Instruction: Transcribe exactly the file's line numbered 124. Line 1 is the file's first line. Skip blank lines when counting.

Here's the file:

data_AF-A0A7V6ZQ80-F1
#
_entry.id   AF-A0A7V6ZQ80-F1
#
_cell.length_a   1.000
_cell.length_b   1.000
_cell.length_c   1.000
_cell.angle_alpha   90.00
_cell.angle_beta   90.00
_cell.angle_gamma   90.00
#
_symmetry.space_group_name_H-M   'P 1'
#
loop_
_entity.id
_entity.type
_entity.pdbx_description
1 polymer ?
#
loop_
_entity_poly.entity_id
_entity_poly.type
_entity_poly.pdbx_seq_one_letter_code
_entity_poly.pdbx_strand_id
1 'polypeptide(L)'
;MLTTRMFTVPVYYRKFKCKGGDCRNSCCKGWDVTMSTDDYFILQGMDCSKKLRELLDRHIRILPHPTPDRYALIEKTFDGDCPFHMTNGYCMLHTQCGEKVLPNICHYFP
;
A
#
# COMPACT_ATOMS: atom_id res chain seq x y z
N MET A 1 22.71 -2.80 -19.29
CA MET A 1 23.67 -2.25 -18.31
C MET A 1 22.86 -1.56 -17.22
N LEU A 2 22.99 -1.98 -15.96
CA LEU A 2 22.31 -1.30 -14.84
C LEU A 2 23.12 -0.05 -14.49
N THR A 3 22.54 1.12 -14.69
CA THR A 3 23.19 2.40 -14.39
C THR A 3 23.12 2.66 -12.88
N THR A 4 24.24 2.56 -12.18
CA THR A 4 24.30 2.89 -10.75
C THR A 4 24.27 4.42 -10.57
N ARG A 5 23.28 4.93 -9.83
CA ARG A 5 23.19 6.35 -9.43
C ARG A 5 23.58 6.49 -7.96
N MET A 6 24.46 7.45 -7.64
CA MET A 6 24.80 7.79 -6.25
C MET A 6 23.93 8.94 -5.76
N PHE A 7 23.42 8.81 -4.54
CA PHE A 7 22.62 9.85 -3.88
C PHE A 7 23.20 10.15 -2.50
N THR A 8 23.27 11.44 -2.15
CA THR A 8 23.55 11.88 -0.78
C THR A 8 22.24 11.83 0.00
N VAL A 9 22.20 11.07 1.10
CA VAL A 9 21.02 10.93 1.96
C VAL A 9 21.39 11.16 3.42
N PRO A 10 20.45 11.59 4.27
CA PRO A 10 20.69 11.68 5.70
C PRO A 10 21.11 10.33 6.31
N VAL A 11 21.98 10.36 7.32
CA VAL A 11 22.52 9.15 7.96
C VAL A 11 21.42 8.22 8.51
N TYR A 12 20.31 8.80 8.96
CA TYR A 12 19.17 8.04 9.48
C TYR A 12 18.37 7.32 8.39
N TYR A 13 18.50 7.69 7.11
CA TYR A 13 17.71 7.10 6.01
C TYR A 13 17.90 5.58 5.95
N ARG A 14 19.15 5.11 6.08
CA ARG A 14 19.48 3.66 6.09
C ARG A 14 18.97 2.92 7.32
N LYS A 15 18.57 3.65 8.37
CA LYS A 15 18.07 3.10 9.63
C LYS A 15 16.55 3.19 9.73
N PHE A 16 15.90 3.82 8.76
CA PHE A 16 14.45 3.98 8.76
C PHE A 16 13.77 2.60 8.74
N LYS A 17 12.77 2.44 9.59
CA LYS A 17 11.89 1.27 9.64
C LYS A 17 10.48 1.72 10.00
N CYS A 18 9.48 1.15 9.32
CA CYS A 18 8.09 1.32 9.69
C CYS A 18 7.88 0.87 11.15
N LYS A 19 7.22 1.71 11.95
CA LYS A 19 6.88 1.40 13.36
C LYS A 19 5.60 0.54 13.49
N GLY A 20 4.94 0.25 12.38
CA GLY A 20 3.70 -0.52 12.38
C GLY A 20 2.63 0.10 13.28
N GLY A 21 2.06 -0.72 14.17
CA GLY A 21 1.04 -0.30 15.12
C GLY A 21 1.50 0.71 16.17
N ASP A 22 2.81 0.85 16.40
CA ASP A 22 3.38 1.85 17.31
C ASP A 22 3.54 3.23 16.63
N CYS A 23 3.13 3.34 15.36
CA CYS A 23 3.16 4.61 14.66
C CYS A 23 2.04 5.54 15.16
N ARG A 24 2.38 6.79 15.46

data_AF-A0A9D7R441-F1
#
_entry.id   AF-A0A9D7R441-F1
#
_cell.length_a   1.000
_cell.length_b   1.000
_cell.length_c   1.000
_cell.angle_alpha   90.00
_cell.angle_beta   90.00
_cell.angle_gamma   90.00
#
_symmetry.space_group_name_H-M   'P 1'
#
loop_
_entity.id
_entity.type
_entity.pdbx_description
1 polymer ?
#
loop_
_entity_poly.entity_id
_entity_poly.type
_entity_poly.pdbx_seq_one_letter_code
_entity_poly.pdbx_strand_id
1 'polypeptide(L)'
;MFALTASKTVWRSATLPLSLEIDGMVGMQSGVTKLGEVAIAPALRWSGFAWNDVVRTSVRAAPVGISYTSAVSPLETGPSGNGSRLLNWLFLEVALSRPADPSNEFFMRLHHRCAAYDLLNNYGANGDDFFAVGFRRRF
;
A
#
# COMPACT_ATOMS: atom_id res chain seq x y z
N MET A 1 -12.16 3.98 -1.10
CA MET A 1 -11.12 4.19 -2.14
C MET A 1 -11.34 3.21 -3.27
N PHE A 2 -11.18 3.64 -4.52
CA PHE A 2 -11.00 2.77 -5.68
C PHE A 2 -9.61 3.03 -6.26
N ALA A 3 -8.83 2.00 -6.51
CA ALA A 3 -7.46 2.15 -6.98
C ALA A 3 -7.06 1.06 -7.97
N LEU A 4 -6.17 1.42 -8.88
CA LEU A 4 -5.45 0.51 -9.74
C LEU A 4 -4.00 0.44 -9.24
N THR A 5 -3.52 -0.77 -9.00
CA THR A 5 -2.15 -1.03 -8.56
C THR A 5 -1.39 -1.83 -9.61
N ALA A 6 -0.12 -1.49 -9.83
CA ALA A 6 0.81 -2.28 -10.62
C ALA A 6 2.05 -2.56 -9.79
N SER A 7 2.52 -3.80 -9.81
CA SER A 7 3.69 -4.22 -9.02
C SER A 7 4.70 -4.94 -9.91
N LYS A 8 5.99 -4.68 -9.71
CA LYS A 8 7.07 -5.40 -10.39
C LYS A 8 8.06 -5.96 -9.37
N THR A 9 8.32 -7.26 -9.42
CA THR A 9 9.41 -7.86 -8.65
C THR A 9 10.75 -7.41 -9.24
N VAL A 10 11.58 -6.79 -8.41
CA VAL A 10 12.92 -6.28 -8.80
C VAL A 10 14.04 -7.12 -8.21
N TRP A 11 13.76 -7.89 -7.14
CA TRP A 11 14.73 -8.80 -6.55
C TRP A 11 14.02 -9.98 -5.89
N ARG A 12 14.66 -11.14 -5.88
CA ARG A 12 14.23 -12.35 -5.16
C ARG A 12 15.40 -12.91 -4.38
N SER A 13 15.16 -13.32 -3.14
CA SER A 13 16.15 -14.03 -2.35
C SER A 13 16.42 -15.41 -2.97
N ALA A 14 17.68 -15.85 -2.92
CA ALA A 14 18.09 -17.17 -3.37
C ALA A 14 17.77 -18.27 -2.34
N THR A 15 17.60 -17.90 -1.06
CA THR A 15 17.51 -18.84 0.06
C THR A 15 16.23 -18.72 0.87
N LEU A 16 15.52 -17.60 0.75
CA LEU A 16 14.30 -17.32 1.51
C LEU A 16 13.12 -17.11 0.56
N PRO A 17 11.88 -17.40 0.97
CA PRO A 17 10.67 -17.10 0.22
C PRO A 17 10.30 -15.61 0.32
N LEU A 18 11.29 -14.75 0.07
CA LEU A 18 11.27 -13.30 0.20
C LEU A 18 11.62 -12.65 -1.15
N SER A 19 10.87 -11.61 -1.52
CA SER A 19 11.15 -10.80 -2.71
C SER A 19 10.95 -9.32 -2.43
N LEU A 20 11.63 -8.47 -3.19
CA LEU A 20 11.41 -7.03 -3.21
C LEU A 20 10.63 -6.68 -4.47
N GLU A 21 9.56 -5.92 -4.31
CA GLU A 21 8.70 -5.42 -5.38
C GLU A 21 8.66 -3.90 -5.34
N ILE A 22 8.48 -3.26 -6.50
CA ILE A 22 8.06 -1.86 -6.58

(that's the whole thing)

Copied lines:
_entity_poly.pdbx_strand_id